Potassium

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Introduction
Unless you eat a lot of fruit and vegetables and whole foods it is likely you are potassium deficient. You need to be concerned about this in the long run as potassium is essential to your health.

Potassium has been identified by medical professionals as an agent which reduces blood pressure and therefore reduces the risk of strokes and heart attacks. Further evidence has been clinically substantiated that additional potassium protects against bone loss and the formation of kidney stones.

Disclaimer
It's important to note that supplementation of any compound whether mineral or vitamin is only viable if the dietary intake is less than the recommended value. People who regularly eat packaged food will lack the essential compounds necessary to maintain health whereas people who eat natural whole foods including fruit and vegetables will be less likely to be deficient in required nutrients like potassium.

Potassium rich foods.
‣ Potatoes
‣ Bananas
‣ Oranges
‣ Cantaloupe
‣ Apricots
‣ Prunes
‣ Raisins

Supplements
There are many other foods which contain potassium at lower levels but the amount you would have to consume to get a sufficient dietary dose of potassium will trade off the health benefits of potassium with the amount of calories consumed.
When we speak of supplementing Potassium we are talking about taking Potassium Chloride which is raw potassium extract from vegetables mixed with chlorine to make a metal halide salt. This should never be a substitute for the Potassium you get from normal food and drink, it always should be considered a supplement.

RDA
The recommended daily allowance of potassium (RDA) for people aged 19 years and over is an incredible 4,700 mg.
Many supplement vendors sell potassium tablets at around 200mg each, this would mean you'd have to take 20 a day if your potassium intake was zero but don't worry, many things contain potassium including tea, coffee, orange juice and even milk so the labelling is correct, these are always supplements, being supplemental to your existing potassium intake.
Unless you are suffering from a medical condition which requires analysis of your blood potassium levels or you have a private medical team at your beck and call, the only way you will know if you are potassium deficient is by being aware of what you eat and how much of it you eat.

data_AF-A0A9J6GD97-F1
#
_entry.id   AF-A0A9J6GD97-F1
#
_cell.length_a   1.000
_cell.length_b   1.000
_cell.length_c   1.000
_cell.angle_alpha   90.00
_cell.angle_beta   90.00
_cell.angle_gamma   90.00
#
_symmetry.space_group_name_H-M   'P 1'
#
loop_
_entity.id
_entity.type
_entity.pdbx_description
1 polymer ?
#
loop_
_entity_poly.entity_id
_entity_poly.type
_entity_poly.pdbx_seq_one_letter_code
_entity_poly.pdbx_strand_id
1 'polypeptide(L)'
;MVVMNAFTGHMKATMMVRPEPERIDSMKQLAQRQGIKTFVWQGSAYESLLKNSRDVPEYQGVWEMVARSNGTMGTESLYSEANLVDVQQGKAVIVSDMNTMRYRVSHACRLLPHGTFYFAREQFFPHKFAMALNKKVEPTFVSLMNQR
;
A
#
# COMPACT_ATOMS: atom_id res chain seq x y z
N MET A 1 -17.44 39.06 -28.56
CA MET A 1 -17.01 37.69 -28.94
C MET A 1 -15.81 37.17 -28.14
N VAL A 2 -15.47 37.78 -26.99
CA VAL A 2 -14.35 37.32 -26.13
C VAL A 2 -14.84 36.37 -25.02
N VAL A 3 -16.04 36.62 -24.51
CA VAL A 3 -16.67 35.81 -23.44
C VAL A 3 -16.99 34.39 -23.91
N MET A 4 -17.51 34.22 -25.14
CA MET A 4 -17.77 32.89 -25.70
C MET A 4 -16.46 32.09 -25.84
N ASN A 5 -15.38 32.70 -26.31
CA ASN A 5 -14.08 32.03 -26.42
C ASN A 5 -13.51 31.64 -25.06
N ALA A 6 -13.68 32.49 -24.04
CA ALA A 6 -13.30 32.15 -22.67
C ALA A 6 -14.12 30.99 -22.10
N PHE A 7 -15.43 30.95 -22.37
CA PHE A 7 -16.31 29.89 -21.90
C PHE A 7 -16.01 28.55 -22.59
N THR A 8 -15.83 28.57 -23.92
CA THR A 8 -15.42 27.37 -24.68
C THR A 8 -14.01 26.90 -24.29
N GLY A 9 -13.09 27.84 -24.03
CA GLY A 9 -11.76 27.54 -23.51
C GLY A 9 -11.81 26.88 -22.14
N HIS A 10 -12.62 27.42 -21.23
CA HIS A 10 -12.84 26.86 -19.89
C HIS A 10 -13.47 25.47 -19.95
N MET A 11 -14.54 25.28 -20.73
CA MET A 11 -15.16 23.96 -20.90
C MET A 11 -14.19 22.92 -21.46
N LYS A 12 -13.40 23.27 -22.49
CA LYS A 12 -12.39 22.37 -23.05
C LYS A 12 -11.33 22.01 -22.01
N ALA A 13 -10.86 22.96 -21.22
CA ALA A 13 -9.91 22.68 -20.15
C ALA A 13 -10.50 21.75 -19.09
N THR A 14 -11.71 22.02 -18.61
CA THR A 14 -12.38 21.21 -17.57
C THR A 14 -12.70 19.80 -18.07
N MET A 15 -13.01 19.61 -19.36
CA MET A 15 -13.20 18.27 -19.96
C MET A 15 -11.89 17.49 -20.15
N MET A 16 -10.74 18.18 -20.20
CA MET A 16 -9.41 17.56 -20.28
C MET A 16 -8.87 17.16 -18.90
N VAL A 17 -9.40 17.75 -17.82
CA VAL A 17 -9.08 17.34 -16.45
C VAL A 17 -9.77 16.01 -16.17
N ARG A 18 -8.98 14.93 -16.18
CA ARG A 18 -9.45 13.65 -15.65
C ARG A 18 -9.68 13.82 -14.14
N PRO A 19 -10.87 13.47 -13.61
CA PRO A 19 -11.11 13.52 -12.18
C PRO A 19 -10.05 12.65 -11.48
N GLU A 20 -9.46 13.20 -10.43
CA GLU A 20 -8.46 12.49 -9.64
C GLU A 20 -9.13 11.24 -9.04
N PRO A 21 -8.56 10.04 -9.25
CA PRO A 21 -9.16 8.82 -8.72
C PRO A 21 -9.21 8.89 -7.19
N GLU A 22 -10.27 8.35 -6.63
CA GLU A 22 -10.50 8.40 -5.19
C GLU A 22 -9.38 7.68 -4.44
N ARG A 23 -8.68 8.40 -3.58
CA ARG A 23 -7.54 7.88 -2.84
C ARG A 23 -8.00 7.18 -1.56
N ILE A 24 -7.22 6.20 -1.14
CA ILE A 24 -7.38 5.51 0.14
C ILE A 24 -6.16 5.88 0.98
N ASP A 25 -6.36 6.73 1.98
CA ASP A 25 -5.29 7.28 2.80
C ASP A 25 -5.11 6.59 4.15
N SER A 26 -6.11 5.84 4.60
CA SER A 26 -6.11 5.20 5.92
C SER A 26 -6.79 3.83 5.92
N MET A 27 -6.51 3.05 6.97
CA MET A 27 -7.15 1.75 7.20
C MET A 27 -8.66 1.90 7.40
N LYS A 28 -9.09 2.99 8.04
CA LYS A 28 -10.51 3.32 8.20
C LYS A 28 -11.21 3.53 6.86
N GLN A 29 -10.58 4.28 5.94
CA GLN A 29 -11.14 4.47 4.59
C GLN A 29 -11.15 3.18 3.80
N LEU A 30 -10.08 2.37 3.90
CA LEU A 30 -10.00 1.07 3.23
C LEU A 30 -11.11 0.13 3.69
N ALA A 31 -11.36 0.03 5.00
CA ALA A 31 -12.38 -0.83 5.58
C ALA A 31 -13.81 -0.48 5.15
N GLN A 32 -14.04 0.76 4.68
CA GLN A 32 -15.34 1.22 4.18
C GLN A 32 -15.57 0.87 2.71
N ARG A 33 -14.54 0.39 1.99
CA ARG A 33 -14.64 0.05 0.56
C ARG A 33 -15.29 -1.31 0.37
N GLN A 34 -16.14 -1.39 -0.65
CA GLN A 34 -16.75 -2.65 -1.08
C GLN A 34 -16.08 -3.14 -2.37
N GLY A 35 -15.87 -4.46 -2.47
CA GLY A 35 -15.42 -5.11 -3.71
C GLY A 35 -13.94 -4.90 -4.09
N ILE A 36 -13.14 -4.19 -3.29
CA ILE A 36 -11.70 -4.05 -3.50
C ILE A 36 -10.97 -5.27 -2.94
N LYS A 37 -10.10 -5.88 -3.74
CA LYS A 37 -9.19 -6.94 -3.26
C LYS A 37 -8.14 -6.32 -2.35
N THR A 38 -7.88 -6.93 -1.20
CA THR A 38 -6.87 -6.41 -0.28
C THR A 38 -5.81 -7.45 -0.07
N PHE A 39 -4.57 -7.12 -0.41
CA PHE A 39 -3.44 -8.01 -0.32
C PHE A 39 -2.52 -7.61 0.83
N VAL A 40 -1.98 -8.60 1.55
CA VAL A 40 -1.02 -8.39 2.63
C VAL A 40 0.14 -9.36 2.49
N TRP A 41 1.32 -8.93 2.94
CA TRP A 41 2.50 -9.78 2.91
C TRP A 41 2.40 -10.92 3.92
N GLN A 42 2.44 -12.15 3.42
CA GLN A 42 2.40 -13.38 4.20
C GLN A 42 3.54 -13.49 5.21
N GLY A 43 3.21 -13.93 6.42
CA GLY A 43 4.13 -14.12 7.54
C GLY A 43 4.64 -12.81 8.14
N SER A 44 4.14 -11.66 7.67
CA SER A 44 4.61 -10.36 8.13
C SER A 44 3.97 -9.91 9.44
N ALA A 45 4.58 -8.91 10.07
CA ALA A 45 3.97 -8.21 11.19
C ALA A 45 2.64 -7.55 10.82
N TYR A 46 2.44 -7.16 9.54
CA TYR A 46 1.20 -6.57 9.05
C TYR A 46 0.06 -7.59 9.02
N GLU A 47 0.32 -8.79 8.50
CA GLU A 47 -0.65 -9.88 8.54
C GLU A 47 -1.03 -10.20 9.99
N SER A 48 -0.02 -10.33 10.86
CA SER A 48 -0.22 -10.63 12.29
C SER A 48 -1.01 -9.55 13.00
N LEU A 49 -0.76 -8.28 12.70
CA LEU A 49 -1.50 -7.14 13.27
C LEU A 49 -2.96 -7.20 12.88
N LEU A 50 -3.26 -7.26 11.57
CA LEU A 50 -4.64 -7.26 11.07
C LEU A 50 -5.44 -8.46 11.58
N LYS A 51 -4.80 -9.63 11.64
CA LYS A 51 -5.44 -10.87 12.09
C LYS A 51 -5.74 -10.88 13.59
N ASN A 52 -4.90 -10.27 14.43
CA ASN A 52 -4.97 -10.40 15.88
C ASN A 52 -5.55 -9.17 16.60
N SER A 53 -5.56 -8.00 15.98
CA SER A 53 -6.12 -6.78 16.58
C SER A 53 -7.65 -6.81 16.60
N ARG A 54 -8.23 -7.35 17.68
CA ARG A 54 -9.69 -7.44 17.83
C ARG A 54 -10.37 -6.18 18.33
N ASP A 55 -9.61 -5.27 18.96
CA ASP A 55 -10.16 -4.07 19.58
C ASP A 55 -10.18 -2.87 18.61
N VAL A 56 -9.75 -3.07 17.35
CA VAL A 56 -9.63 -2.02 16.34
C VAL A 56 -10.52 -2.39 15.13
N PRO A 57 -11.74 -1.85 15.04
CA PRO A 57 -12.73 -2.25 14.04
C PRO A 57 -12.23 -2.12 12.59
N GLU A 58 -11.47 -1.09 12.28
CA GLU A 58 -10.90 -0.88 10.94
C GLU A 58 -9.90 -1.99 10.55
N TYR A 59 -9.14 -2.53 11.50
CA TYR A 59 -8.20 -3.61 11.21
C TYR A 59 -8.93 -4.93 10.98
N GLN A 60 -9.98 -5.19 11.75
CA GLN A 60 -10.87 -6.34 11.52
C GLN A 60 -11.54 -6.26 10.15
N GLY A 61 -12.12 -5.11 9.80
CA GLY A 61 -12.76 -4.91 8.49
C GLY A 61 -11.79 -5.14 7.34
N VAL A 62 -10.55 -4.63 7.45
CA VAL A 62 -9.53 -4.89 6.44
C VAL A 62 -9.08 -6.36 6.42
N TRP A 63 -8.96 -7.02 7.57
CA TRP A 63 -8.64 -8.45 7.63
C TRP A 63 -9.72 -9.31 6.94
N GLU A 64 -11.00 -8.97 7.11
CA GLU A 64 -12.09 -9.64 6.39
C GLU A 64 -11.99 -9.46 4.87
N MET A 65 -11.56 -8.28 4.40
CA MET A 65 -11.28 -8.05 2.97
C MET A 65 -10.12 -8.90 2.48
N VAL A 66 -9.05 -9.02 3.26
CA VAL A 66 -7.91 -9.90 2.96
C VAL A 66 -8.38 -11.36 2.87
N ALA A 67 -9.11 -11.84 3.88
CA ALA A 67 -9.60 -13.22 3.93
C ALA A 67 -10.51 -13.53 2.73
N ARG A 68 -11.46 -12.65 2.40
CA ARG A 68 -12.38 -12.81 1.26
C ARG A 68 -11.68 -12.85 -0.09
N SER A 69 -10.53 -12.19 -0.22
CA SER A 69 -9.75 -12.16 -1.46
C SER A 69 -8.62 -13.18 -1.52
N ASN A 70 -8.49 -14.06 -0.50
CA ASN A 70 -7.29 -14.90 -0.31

It is noted that increasing intake of potassium decreases the possibility of hypertension (high blood pressure) in approximately 20% of people and increases life expectancy by a number of years.
The modern Western diet has seen a vast reduction in the consumption of fruit and vegetables which are naturally rich in potassium. It's important to note that the reduction of sodium (salt) is required in order to see the health benefits of potassium on blood pressure. Put too much salt on your fries or baked potato and you will negate the benefits of potassium, keep salt low, stay healthy.

Potassium and Bone Health
The results of modern research show that Potassium salts reduce calcium reabsorption levels and excretion of calcium, increasing bone strength.
Potassium salts could prevent osteoporosis: A qualified study suggests that eating fruit and vegetables may improve the strength of bones and potentially reduce the risk of osteoporosis also known as brittle bone disease.

Summary
It is essential to consume a wide variety of natural whole food to ensure you are getting all the nutrients required to maintain your health.

Summary
Taking supplements is supplemental! Sounds ridiculous but many people believe they can have a bad diet and take a few pills as a remedy, this isn't the case. The case is much more complex than that: this is your body, your health, maintaining symbiosis between the things you eat and the nutritional requirements of your body's tissues including all your organs and your brain is critically important - homeostasis is the ideal condition.